By Richard Schmitt
NEW YORK (
) -- Wherever you turn, it seems there is always reason to worry. Concern over the
Federal Reserve Bank's
taper talk, the Syrian crisis, and the looming debt ceiling has rocked the stock market lately. In August alone, stock market volatility, as measured by the Chicago Board Options Exchange VIX, rose by over 20%.
While the U.S. stock market has bounced around, the
index has managed to eke out a gain of just 0.1% for the three months ended Aug. 31. In this type of investment environment, a passive investment strategy no longer pays off. No longer can you just let your money blindly ride in stocks without suffering some bumps and bruises along the way. The days of blissful ignorance where no strategy was the best strategy when it came to investing may now have come to an end.
Yet you can reign over this type of market volatility using the time-tested approach of portfolio rebalancing that realigns asset classes growing at different rates over time back to their original or target allocation. Rebalancing's shift from overweight to underweight asset classes within a portfolio captures lasting gains by using proceeds from selling (one asset class) high to buy (another asset class) low.
In a volatile market, the frequency of portfolio rebalancing can make a difference. While the old-school model of quarterly or annual rebalancing may not capture gains from all the market's twists and turns, repeated rebalancing sets up and captures more lasting gains from market volatility.
When invested in mutual funds, it is possible to rebalance a retirement savings portfolio on a daily basis, as long as you abide by the funds' frequent trading rules. So-called 401(k) day trading involves repeatedly rebalancing retirement savings the right way once at the end of each day.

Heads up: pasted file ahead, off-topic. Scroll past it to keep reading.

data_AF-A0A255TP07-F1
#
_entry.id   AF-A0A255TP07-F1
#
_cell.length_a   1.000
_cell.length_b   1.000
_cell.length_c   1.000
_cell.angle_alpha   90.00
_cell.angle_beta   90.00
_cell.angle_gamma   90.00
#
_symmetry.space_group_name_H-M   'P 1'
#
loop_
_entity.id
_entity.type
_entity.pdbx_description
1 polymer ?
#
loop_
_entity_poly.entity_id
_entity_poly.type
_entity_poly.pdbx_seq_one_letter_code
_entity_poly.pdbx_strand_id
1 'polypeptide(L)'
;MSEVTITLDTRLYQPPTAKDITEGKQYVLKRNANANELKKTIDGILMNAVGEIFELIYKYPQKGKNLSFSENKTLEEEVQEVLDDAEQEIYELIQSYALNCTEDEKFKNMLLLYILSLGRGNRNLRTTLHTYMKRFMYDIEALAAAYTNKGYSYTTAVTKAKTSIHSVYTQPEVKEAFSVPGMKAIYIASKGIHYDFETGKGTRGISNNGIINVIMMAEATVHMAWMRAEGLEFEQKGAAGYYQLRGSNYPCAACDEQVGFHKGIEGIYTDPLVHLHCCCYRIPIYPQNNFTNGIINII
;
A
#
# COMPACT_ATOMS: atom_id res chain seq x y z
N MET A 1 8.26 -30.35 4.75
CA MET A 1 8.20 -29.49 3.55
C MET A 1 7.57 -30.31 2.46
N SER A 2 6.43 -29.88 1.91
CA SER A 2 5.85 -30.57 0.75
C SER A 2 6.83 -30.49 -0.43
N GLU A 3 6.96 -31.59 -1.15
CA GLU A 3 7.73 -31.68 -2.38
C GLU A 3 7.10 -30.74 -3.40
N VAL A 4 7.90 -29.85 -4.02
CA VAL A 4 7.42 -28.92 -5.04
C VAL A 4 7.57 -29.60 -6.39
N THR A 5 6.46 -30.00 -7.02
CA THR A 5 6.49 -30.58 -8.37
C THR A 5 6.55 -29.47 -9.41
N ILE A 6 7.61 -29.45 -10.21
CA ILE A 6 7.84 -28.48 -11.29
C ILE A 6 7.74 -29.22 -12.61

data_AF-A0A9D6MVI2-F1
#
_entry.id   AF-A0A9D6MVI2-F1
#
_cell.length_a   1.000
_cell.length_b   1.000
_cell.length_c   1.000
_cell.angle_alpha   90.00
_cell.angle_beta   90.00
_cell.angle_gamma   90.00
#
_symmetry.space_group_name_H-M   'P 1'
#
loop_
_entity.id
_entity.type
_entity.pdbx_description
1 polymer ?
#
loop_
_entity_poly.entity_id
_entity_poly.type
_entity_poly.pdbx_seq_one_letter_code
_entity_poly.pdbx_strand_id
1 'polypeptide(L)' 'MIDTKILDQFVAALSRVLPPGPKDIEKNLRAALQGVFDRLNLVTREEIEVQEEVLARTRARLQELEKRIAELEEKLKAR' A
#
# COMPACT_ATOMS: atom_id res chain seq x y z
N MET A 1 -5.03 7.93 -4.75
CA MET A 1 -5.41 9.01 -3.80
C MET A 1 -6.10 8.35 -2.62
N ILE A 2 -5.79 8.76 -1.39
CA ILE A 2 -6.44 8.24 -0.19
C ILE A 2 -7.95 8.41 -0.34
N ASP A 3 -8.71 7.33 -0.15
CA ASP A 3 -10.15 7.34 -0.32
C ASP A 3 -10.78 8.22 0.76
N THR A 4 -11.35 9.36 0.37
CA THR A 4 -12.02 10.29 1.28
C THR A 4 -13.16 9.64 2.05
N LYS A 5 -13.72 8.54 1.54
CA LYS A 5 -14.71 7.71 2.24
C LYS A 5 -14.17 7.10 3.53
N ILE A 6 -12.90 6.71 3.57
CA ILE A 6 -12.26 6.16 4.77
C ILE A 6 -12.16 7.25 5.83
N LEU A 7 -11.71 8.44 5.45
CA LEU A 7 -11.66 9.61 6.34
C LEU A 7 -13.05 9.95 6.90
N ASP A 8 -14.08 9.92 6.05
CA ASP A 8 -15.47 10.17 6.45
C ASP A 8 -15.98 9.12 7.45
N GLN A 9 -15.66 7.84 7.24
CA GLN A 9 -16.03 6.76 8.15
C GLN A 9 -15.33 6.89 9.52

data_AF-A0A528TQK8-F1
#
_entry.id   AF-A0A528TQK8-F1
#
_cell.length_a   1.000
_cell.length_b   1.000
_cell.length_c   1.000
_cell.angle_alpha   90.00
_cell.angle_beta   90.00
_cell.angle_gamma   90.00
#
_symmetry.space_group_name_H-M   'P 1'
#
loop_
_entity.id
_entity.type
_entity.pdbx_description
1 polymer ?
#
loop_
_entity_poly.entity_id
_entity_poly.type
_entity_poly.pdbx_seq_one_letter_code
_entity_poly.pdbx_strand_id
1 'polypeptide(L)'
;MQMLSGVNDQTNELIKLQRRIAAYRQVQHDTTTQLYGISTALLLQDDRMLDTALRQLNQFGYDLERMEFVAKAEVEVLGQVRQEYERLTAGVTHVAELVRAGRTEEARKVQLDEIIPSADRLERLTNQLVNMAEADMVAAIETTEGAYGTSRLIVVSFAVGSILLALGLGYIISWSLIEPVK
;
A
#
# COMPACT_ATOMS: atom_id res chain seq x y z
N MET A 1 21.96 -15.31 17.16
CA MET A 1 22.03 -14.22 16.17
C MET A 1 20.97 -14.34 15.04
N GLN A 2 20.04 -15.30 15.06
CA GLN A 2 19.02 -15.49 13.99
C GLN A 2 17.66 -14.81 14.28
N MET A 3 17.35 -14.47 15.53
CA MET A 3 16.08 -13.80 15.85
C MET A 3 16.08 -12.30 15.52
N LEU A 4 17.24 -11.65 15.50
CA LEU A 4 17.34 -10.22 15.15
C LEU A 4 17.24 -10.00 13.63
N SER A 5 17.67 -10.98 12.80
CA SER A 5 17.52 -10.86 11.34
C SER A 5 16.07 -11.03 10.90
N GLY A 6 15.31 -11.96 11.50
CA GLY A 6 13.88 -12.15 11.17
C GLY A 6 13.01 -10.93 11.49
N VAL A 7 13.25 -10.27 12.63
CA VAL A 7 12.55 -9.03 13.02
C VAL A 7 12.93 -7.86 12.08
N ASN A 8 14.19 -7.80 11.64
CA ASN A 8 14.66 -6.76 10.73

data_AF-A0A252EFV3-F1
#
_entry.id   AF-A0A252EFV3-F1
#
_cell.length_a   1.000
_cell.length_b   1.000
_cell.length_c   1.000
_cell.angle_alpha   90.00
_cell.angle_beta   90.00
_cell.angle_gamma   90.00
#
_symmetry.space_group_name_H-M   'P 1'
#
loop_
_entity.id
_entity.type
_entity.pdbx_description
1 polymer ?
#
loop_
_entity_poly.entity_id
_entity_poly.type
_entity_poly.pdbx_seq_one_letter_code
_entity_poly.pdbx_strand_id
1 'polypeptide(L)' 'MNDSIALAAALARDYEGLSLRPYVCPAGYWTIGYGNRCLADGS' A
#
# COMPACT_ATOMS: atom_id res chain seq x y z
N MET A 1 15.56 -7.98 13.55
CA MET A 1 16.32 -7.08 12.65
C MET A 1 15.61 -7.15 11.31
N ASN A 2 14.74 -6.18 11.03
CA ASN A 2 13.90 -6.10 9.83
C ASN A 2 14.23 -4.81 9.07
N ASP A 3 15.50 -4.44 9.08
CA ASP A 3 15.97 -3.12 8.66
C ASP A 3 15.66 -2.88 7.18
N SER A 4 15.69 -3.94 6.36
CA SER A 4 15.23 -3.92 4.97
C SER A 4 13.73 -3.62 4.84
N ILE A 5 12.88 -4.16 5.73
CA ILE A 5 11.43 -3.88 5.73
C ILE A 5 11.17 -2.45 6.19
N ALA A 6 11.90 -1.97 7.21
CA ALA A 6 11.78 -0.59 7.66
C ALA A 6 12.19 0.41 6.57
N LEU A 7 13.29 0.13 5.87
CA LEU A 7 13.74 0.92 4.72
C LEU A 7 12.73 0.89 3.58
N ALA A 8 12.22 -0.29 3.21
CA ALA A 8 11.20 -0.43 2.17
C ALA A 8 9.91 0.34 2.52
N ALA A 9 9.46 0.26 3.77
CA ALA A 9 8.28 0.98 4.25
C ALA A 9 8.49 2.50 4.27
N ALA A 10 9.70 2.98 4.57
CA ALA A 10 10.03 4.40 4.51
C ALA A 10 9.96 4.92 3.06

Taking a few minutes a day, you would make one single fund exchange between stock and cash mutual funds based on the change in a market index (such as the S&P 500 index) observed near the market close. On days when the market is about to close higher, you would sell some stock in an amount based on the market's rise. Conversely, on days when the market is about to close lower, you would buy some stock in an amount based on the market's decline.
During the three months ended Aug. 31, 401(k) day trading a balanced retirement savings portfolio initially split evenly between an S&P 500 stock fund and a cash fund garnered a return of 2.1%, compared with the return of 0.1% (both excluding dividends) from holding the S&P 500 index. With less risk, 401(k) day trading generated a 2 percentage point edge in return over holding the S&P 500 in just three months.
The story gets even better over time. From Jan. 1, 2000 through Aug. 31, 2013, 401(k) day trading returned 36.2%, versus 11.1% for holding the S&P 500 index (again both excluding dividends). This 25 percentage point edge demonstrates how the repeated rebalancing involved in 401(k) day trading turns market volatility into lasting gains in retirement savings.
This article was written by an independent contributor, separate from TheStreet's regular news coverage.
Richard Schmitt is an actuary, adjunct professor at Golden Gate University, and author of 401(k) Day Trading: The Art of Cashing in on a Shaky Market in Minutes a Day.